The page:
A Rapid, Reliable Ebola Test

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EbolaCheckA fast, reliable and affordable Ebola diagnostic test is in critical demand in West Africa. The WHO estimates that there are over 21,000 cases of Ebola in Sierra Leone, Liberia and Guinea but, of those, only 13,376 have been confirmed through official laboratory tests. The longer suspected cases go untested, the harder it becomes to contain the spread of the virus and expedite patient treatment.

Thanks to a recent £620,000 research grant made out to the EbolaCheck project, led by the University of Westminster in the UK, a viable solution may be on its way. The EbolaCheck project seeks to develop a cost-effective, portable device that can diagnose the virus within 40 minutes using a small sample of blood, and eventually urine or saliva.

The project is being led by Dr. Sterghios A. Moschos, director of the university’s Genomic Services Unit, in collaboration with renowned Ebola expert and senior lecturer in medical microbiology, Dr. Edward Wright. It is one of seven projects currently being funded by the UK Department for International Development (DFID) and the Wellcome Trust, and managed by Enhancing Learning and Research for Humanitarian Assistance (ELRHA) as part of a £1.34 million program seeking an improved understanding of and response to the Ebola outbreak.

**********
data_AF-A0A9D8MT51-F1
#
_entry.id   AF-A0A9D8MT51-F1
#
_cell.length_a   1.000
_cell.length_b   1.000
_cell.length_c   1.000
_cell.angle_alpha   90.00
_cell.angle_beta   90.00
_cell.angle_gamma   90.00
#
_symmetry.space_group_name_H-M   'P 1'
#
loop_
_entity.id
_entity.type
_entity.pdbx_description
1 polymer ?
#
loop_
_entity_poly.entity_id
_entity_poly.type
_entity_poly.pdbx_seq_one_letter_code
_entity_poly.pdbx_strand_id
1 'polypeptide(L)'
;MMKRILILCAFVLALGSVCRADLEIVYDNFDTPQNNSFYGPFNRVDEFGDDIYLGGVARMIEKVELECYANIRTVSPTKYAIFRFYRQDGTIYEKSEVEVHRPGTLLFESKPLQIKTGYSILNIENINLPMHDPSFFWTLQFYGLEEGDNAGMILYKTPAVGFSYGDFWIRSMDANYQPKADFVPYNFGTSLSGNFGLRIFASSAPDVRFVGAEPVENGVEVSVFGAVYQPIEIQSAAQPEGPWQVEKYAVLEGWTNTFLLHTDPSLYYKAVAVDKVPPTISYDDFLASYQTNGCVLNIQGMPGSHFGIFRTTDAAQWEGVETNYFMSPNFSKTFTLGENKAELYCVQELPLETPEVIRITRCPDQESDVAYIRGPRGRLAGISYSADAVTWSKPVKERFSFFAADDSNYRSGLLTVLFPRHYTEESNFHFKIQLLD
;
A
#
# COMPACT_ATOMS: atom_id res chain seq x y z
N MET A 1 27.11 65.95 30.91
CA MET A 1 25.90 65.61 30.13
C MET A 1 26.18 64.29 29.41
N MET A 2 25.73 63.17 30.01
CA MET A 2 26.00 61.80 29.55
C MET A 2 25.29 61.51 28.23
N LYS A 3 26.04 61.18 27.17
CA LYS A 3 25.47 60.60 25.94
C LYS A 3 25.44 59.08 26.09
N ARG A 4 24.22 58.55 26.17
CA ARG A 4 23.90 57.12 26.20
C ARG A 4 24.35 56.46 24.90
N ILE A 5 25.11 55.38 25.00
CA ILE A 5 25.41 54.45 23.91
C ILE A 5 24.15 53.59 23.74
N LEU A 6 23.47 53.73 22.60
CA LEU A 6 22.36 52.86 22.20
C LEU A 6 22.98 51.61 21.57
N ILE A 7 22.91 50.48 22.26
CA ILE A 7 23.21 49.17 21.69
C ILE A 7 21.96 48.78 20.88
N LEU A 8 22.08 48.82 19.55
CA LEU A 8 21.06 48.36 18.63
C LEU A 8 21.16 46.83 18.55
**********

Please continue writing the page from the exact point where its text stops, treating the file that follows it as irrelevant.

Faster, Cheaper, Safer

Current Ebola diagnostic tests present a number of major logistical challenges. The current reverse-transcriptase polymerase chain reaction, or RT-PCR test, produces highly accurate results but requires a high degree of staff training and laboratory biosafety. Each test costs approximately $100, requires a full tube of blood and can take up to six hours to complete. This high cost and time lost to testing is a luxury that West Africa cannot afford given the scale and severity of the current epidemic. Delays in diagnosis mean that infected persons often remain in the community and risk exposing others. Standard tests that require the use of needles and syringes also unnecessarily put frontline health care workers at risk of exposure.

If researchers are successful, the EbolaCheck device could deliver reliable results over eight times faster than standard tests. Additionally, it will provide a much simpler and safer testing alternative by eventually only requiring a sample of urine or saliva, instead of blood. Developers are working to secure the technology, which will operate similar to a blood glucose metre, from a UK biotech company in Cambridge on humanitarian grounds. It is expected that early prototypes of the tool will be ready for sample patient testing by May 2015.

The positive implications of a device of this kind could be far-reaching for the development community. According to a recent WHO report, “apart from expediting the immediate outbreak response, rapid diagnostic tests will have enduring value in countries where many other endemic diseases mimic the early symptoms of Ebola. Having such tests in hand will also leave health services better prepared for a possible recurrence of Ebola in West Africa and elsewhere.”

For more information, check out this University of Westminster press release or visit the ELRHA website.

To read about the other Ebola research projects currently underway, visit our Seven Innovative Projects to Tackle Ebola Series.

 

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Courtney Mollenhauer

Courtney Mollenhauer

Courtney is a writer and development professional based in Toronto, Canada.

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